by Michael Caruso
Two weekends ago I had the opportunity to attend three concerts in two different Chestnut Hill churches. I heard Vox Renaissance Consort in the Episcopal Church of St. Martin-in-the-Fields and then Piffaro and Tempesta di Mare in the Presbyterian Church of Chestnut Hill.
This most recent weekend gave me the opportunity to hear two concerts in the third of Chestnut Hill’s three churches that regularly host performances by the region’s leading musical ensembles. St. Paul’s Episcopal Church — the most architecturally stunning of the three — was the site of “The Crossing at Christmas 2011” Friday night, Dec. 16. Then on Saturday evening, Dec. 17, St. Paul’s hosted the Ama Deus Ensemble’s rendition of Handel’s “Messiah.”
In a testament to Chestnut Hillers’ well-earned reputation for supporting great music that stretches all the way back to the days of the late Michael Korn and the Bach Festival of Philadelphia, both concerts were exceedingly well attended. A good-sized crowd heard “Messiah,” but the church was literally packed to the rafters for The Crossing’s concert.
It would be difficult finding two programs more unlike each other than these two, especially within the genre of holiday programs. Along with ballet’s “The Nutcracker,” “Messiah” virtually defines the term “holiday warhorse.” “The Crossing at Christmas 2011,” on the other hand, defines the notion of breaking new ground within a given tradition. Whereas only a handful of those in attendance Saturday evening were likely to be hearing Handel’s choral masterpiece for the first time, only a small portion of The Crossing’s program had ever been performed in Philadelphia prior to Friday night. Yet interestingly enough, it was The Crossing’s performance that elicited the most enthusiastic response from its sold-out audience while the audience hearing Ama Deus’ “Messiah” offered supportive yet not intense applause.
The two renditions also differed greatly in regard to the work of their respective conductors, Donald Nally for The Crossing and Valentin Radu for Ama Deus. Whereas Radu went after the big picture, allowing imperfections of ensemble to sort themselves out once they happened, Nally avoided even a hint of anything less than technical perfection.
Nally, who is interim music director at Chestnut Hill Presbyterian Church and lives in West Mt. Airy, continues to amaze local audiences through his choir’s flawless pitch, immaculate tuning, peerless blend and (most importantly) interpretive commitment. Robert Convery’s setting of Christina Rosetti’s poetry for his “Christmas Daybreak,” commissioned for The Bridge Ensemble in 1996, was the highpoint of the program.
The words are riveting in their originality and overwhelming in their passion, and Convery gave The Bridge Ensemble (The Crossing’s predecessor) a musical rendering of them that matches their achievement. Nally and The Crossing responded with singing of both technical purity and interpretive intensity.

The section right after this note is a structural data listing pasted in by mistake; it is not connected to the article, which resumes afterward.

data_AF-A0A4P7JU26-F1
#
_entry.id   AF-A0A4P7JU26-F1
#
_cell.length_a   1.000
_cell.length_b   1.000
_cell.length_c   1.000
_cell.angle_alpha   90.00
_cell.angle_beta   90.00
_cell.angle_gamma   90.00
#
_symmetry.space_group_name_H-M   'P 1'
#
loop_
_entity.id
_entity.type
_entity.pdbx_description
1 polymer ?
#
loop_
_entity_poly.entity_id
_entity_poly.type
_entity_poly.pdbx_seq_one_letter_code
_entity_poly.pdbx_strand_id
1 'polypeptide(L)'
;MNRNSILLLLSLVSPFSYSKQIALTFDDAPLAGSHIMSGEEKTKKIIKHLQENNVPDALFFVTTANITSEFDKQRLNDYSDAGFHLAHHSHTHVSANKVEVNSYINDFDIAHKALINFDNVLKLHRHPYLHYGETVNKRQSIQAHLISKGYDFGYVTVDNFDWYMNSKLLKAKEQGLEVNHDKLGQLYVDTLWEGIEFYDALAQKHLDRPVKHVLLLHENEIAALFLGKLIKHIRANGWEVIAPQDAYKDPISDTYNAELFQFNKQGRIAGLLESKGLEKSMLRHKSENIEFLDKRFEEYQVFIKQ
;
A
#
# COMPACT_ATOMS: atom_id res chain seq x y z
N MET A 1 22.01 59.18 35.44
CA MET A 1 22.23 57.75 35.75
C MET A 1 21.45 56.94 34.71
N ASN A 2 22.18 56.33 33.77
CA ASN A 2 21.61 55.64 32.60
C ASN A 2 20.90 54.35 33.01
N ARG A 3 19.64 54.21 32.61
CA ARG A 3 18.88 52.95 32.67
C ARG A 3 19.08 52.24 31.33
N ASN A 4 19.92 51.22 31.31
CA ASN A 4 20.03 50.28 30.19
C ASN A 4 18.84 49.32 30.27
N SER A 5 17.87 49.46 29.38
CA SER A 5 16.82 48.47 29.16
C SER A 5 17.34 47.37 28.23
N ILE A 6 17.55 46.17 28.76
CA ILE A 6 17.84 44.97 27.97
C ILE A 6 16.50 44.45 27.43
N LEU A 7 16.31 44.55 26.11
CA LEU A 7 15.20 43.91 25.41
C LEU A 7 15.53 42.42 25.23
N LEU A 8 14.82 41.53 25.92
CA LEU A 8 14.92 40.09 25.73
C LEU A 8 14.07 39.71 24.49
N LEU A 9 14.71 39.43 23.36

The concert’s “big piece,” however was Zachary Wadsworth’s “Gabriel’s Message,” a co-commission by The Crossing and the Choir of St. Paul’s Church. Set for two choirs and organ (played by Scott Dettra Friday night), it’s a lovely score that delineates the story of Christ’s Nativity with sensitivity and imagination. Not surprisingly, Nally led the combined choirs and Dettra with his usual expertise.
The notably pleasant surprise, though, was how seamlessly St. Paul’s Choir blended into The Crossing. Zachary Hemenway, St. Paul’s music director, provided a worthy companion ensemble that did itself and him proud Friday night under the leadership of the region’s most demanding choral conductor. The two choruses sang as one, enabling Nally and Hemenway to add yet another exquisite item to the repertoire of contemporary Christmas music.
Valentin Radu’s “take” on Handel’s “Messiah” is idiosyncratic. His tempo choices are not necessarily outside the realm of modern-day views on how the oratorio was conducted by Handel, himself, two and a half centuries ago, but what Radu did Saturday evening within those tempi is another matter. His penchant for melodramatically slowing down toward the end of individual numbers and then stopping altogether right before the final chord causes untold damage to the fabric of the music and the delivery of the text.
Had it not been for some excellent solo singing, the evening would have been a troubling musical experience. Tenor Timothy Bentch delivered his recitatives and airs with stylistic authority and vocal amplitude. Chestnut Hill soprano Andrea Lauren Brown sang with tonal eloquence while West Mt. Airy alto Jody Kidwell invested her recitatives and airs with dramatic intensity.
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